The Arabidopsis minE mutation causes new plastid and FtsZ1 localization phenotypes in the leaf epidermis.

Fujiwara MT, Kojo KH, Kazama Y, Sasaki S, Abe T, Itoh RD - Front Plant Sci (2015)

Plastid morphology in leaf epidermis of atminE1. (A–J) Images of CFP-labeled plastids in leaf petiole epidermis of 2- or 3-week-old atminE1 seedlings. Fluorescence images of chlorophyll (colored in magenta) are also shown. Asterisks indicate plastid bodies with positive chlorophyll signals. Plastids in (D,F–I) lack signals. Bars = 10 μm (A–I) and 5 μm (J).
© Copyright Policy
Related In: Results  -  Collection

License
Show All Figures
getmorefigures.php?uid=PMC4593956&req=5

Figure 2: Plastid morphology in leaf epidermis of atminE1. (A–J) Images of CFP-labeled plastids in leaf petiole epidermis of 2- or 3-week-old atminE1 seedlings. Fluorescence images of chlorophyll (colored in magenta) are also shown. Asterisks indicate plastid bodies with positive chlorophyll signals. Plastids in (D,F–I) lack signals. Bars = 10 μm (A–I) and 5 μm (J).
Mentions: Taking advantage of the merits of plastid-targeted CFP described above, we investigated the plastid morphology in leaf petiole epidermis of 2- and 3-week-old atminE1 seedlings using epifluorescence microscopy (Figure 2). While epidermal (pavement) cells of the leaf blade are puzzle piece-shaped with interdigitated lobes, those of the petiole assume a flat rectangular shape, making them more suitable for the observation of plastids and other organelles. First, we focused on the morphology of individual plastids. Even in the same cell, plastids were highly polymorphic in terms of their subplastidic structures such as main plastid bodies, stromules, and bulges. Importantly, it was often difficult to distinguish among these three structures (Figure 2A), which is often the case for non-green plastids (Schattat et al., 2015). Nonetheless, we typically observed giant plastids with long stromules (Figure 2B). As variations of this typical form, we observed shallow, wavy constrictions on stromules (Figure 2C) and seemingly fragmenting stromules (Figure 2D). These stromules often contained substructures resembling plastid bodies in their interior or terminal regions (Figures 2C,D). These characteristic morphologies of stromules were observed regardless of the presence of chlorophyll autofluorescence in their main plastid bodies. The atminE1 mutant also exhibited a unique morphological feature in the plastid bodies of the leaf epidermis. At low frequency, mini-sized plastid bodies aggregated into a grape-like clump (Figure 2E). In some cases, some of the plastid bodies within a clump emitted faint chlorophyll autofluorescence. Also, we noticed the presence of relatively immature, chlorophyll-free plastids, like those observed in the leaf epidermis of the A. thaliana arc6 mutant (Holzinger et al., 2008). This type of plastid assumed various shapes, appearing round, stretched, or with multiple constrictions (Figures 2F–I). We did not detect a significant relationship between plastid size and shape (Figures 2G,H), except for the predominance of a round form among small, poorly developed plastids. Another phenotype that is unique to the atminE1 epidermis among chloroplast division mutants examined thus far is the presence of mini-sized, chlorophyll-containing plastids (Figure 2J). Tiny plastids in the epidermis of chloroplast division mutants, which were previously reported, lacked chlorophyll (Holzinger et al., 2008).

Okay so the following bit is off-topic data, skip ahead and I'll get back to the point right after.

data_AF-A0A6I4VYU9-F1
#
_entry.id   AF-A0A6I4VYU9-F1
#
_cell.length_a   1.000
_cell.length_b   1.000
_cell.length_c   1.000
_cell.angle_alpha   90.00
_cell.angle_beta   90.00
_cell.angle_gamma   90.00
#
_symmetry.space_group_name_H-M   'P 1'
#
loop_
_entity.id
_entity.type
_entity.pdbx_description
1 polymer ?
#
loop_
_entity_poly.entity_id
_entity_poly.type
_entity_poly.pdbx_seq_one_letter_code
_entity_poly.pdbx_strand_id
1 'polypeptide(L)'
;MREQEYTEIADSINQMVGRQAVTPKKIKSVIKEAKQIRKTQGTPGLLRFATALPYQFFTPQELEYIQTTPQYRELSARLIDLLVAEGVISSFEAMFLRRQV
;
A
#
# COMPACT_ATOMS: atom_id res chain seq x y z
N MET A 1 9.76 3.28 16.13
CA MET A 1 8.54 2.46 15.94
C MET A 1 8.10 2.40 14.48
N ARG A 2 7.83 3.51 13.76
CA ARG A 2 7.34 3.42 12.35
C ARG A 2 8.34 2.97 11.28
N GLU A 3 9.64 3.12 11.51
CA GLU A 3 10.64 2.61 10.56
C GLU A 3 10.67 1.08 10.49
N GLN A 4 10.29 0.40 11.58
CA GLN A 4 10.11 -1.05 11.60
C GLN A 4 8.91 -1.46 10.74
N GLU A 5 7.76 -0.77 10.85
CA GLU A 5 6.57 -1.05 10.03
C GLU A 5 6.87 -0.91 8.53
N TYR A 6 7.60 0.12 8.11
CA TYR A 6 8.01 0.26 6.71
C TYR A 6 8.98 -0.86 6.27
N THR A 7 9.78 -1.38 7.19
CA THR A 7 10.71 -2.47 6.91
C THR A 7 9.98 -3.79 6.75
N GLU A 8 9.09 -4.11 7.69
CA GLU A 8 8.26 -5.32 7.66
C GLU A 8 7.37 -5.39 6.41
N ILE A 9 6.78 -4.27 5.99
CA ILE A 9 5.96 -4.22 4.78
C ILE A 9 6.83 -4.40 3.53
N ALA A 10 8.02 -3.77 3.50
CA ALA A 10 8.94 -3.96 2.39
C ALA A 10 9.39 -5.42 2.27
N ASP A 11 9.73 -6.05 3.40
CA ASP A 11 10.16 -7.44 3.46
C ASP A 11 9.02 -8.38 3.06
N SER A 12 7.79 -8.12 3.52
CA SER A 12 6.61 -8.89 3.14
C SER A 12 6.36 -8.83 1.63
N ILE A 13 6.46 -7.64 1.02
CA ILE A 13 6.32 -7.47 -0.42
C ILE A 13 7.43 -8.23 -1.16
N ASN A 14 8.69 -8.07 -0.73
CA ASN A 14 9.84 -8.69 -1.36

Bottom Line: Plastids in the leaf epidermal cells of plants are regarded as immature chloroplasts that, like mesophyll chloroplasts, undergo binary fission.In atminE1, the size and shape of epidermal plastids varied widely, which contrasts with the plastid phenotype observed in atminE1 mesophyll cells.Observation of an atminE1 transgenic line harboring an AtMinE1 promoter::AtMinE1-yellow fluorescent protein fusion gene confirmed the expression and plastidic localization of AtMinE1 in the leaf epidermis.

View Article: PubMed Central - PubMed

Affiliation: RIKEN Nishina Center Saitama, Japan ; Graduate School of Science and Technology, Sophia University Tokyo, Japan.

ABSTRACT
Plastids in the leaf epidermal cells of plants are regarded as immature chloroplasts that, like mesophyll chloroplasts, undergo binary fission. While mesophyll chloroplasts have generally been used to study plastid division, recent studies have suggested the presence of tissue- or plastid type-dependent regulation of plastid division. Here, we report the detailed morphology of plastids and their stromules, and the intraplastidic localization of the chloroplast division-related protein AtFtsZ1-1, in the leaf epidermis of an Arabidopsis mutant that harbors a mutation in the chloroplast division site determinant gene AtMinE1. In atminE1, the size and shape of epidermal plastids varied widely, which contrasts with the plastid phenotype observed in atminE1 mesophyll cells. In particular, atminE1 epidermal plastids occasionally displayed grape-like morphology, a novel phenotype induced by a plastid division mutation. Observation of an atminE1 transgenic line harboring an AtMinE1 promoter::AtMinE1-yellow fluorescent protein fusion gene confirmed the expression and plastidic localization of AtMinE1 in the leaf epidermis. Further examination revealed that constriction of plastids and stromules mediated by the FtsZ1 ring contributed to the plastid pleomorphism in the atminE1 epidermis. These results illustrate that a single plastid division mutation can have dramatic consequences for epidermal plastid morphology, thereby implying that plastid division and morphogenesis are differentially regulated in epidermal and mesophyll plastids.

No MeSH data available.


Related in: MedlinePlus